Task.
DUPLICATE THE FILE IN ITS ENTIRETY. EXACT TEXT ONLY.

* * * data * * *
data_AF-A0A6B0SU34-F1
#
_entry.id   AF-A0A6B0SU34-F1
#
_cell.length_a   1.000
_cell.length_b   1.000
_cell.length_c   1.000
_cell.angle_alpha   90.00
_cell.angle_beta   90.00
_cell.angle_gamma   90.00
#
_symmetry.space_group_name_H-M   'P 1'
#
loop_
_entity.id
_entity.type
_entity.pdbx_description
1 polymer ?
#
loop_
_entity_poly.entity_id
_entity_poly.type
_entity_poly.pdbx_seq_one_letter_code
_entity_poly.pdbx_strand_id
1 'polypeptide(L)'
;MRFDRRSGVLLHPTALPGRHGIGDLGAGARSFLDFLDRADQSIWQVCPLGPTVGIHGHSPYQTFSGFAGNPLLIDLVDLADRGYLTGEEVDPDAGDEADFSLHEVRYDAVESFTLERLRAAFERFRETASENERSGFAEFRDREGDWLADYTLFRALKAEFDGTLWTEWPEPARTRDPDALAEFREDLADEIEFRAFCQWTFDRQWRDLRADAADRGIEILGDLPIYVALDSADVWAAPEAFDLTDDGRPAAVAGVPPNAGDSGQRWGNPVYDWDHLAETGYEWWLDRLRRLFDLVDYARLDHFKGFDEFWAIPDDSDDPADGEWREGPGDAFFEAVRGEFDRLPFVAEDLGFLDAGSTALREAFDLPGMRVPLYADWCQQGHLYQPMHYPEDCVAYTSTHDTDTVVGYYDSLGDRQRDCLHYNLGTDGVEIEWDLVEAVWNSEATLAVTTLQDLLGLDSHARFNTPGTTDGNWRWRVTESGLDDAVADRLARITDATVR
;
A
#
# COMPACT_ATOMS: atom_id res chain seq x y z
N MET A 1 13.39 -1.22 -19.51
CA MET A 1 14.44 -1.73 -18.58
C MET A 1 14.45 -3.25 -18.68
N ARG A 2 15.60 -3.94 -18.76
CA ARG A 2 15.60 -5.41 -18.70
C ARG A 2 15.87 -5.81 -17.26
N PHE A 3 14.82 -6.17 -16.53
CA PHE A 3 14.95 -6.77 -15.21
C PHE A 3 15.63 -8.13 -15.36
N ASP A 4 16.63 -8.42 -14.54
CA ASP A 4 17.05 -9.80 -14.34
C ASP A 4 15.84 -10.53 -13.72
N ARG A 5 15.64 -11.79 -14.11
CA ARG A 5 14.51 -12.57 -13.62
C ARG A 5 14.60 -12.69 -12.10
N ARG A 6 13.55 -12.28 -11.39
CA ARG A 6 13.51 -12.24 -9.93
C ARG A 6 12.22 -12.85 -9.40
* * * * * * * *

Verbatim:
data_AF-A0A6B0SU34-F1
#
_entry.id   AF-A0A6B0SU34-F1
#
_cell.length_a   1.000
_cell.length_b   1.000
_cell.length_c   1.000
_cell.angle_alpha   90.00
_cell.angle_beta   90.00
_cell.angle_gamma   90.00
#
_symmetry.space_group_name_H-M   'P 1'
#
loop_
_entity.id
_entity.type
_entity.pdbx_description
1 polymer ?
#
loop_
_entity_poly.entity_id
_entity_poly.type
_entity_poly.pdbx_seq_one_letter_code
_entity_poly.pdbx_strand_id
1 'polypeptide(L)'
;MRFDRRSGVLLHPTALPGRHGIGDLGAGARSFLDFLDRADQSIWQVCPLGPTVGIHGHSPYQTFSGFAGNPLLIDLVDLADRGYLTGEEVDPDAGDEADFSLHEVRYDAVESFTLERLRAAFERFRETASENERSGFAEFRDREGDWLADYTLFRALKAEFDGTLWTEWPEPARTRDPDALAEFREDLADEIEFRAFCQWTFDRQWRDLRADAADRGIEILGDLPIYVALDSADVWAAPEAFDLTDDGRPAAVAGVPPNAGDSGQRWGNPVYDWDHLAETGYEWWLDRLRRLFDLVDYARLDHFKGFDEFWAIPDDSDDPADGEWREGPGDAFFEAVRGEFDRLPFVAEDLGFLDAGSTALREAFDLPGMRVPLYADWCQQGHLYQPMHYPEDCVAYTSTHDTDTVVGYYDSLGDRQRDCLHYNLGTDGVEIEWDLVEAVWNSEATLAVTTLQDLLGLDSHARFNTPGTTDGNWRWRVTESGLDDAVADRLARITDATVR
;
A
#
# COMPACT_ATOMS: atom_id res chain seq x y z
N MET A 1 13.39 -1.22 -19.51
CA MET A 1 14.44 -1.73 -18.58
C MET A 1 14.45 -3.25 -18.68
N ARG A 2 15.60 -3.94 -18.76
CA ARG A 2 15.60 -5.41 -18.70
C ARG A 2 15.87 -5.81 -17.26
N PHE A 3 14.82 -6.17 -16.53
CA PHE A 3 14.95 -6.77 -15.21
C PHE A 3 15.63 -8.13 -15.36
N ASP A 4 16.63 -8.42 -14.54
CA ASP A 4 17.05 -9.80 -14.34
C ASP A 4 15.84 -10.53 -13.72
N ARG A 5 15.64 -11.79 -14.11
CA ARG A 5 14.51 -12.57 -13.62
C ARG A 5 14.60 -12.69 -12.10
N ARG A 6 13.55 -12.28 -11.39
CA ARG A 6 13.51 -12.24 -9.93
C ARG A 6 12.22 -12.85 -9.40